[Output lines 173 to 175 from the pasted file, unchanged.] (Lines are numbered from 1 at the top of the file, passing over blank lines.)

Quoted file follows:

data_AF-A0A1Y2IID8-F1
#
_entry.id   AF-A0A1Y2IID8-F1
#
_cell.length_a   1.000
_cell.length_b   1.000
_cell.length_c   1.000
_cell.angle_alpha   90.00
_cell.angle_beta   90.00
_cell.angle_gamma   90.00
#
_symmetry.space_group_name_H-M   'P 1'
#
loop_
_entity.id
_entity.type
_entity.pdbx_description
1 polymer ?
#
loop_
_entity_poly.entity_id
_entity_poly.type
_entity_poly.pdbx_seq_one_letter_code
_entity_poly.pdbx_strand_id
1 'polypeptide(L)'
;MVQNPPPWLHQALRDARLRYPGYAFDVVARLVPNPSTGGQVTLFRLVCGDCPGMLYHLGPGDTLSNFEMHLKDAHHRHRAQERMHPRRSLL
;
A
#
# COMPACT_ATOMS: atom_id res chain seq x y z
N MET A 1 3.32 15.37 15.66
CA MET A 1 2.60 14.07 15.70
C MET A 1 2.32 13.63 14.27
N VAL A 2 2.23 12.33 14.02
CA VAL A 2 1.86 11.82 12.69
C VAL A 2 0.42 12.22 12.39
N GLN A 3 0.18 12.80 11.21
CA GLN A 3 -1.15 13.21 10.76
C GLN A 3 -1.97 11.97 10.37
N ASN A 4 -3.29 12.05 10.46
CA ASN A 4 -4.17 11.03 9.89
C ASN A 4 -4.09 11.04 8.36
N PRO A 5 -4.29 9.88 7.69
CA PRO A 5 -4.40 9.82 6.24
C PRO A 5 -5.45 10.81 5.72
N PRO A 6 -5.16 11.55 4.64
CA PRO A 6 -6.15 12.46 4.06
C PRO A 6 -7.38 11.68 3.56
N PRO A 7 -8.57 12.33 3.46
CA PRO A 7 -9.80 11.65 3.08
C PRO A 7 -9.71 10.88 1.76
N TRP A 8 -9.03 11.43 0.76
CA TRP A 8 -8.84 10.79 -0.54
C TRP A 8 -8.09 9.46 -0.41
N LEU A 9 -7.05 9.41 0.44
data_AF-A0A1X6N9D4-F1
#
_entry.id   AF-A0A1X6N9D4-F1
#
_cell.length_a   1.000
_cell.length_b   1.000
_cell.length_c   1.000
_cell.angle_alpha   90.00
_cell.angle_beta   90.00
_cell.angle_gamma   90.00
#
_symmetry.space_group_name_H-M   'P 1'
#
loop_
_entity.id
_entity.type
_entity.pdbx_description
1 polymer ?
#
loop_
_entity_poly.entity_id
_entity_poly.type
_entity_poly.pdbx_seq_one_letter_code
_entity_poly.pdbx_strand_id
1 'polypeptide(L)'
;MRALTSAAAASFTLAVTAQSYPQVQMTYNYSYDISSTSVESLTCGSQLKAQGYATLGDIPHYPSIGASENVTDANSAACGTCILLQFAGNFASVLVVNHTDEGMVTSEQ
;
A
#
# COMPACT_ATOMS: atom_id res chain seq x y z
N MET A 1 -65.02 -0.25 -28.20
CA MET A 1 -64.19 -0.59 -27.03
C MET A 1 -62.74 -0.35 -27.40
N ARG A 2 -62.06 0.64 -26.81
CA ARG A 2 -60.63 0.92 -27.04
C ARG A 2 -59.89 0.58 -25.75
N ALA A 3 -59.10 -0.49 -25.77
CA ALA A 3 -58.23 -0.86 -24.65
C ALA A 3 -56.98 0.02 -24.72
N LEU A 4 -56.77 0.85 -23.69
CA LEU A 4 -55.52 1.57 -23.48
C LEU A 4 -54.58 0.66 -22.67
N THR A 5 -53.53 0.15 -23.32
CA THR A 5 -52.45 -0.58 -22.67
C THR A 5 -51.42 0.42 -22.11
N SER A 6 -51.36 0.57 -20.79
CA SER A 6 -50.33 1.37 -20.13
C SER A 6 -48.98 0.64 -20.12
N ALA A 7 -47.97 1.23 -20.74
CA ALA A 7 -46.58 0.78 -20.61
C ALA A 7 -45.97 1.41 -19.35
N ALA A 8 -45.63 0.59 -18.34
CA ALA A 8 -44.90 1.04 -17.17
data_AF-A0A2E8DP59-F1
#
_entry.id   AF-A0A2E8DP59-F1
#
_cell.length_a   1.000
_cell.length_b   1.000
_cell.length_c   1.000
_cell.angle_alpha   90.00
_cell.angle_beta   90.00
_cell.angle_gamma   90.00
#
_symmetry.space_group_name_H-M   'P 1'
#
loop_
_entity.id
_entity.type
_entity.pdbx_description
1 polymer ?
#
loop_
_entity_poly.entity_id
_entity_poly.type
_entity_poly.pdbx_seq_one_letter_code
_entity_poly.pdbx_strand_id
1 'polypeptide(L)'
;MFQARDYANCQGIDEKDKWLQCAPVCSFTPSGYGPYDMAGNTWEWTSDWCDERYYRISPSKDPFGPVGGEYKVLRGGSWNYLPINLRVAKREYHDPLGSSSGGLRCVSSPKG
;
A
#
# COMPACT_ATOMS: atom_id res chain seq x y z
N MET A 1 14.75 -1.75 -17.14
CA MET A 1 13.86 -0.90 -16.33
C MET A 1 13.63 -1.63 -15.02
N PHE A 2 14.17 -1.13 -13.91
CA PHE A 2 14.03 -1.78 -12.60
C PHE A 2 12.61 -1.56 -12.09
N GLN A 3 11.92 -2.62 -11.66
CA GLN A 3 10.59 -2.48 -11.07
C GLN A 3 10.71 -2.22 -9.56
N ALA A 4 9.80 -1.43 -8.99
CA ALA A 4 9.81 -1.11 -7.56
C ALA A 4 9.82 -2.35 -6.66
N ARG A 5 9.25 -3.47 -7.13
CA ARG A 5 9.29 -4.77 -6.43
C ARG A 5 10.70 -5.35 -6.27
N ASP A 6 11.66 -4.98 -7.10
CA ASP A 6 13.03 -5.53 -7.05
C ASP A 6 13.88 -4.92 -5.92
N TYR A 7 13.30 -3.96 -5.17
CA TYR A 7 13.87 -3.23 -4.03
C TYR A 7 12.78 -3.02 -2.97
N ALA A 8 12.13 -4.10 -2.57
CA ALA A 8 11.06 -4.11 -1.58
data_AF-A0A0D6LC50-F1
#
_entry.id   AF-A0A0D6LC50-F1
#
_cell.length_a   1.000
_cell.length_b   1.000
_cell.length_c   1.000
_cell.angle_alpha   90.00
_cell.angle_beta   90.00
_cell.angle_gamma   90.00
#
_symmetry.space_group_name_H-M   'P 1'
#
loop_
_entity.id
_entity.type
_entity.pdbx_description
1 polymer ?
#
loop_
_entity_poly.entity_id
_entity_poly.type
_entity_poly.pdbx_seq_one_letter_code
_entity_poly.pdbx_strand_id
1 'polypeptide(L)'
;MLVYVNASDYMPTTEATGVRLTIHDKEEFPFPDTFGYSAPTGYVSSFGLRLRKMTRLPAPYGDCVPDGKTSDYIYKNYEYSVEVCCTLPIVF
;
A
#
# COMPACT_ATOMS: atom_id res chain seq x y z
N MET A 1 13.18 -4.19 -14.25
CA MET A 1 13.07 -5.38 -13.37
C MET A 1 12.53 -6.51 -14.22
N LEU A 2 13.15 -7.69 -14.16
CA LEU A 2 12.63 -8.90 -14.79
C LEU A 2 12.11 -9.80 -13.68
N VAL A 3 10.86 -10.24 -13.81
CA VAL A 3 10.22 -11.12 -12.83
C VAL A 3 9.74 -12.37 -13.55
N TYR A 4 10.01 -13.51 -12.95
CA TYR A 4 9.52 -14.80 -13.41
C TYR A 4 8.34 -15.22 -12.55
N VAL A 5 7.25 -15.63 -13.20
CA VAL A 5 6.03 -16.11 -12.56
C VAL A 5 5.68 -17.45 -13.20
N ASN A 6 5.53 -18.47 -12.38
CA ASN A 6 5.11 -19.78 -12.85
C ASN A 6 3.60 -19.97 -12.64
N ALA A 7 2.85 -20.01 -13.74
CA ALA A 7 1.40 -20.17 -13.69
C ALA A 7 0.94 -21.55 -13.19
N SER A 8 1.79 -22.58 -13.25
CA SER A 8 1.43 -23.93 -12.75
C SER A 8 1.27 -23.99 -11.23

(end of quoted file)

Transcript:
_symmetry.space_group_name_H-M   'P 1'
#
loop_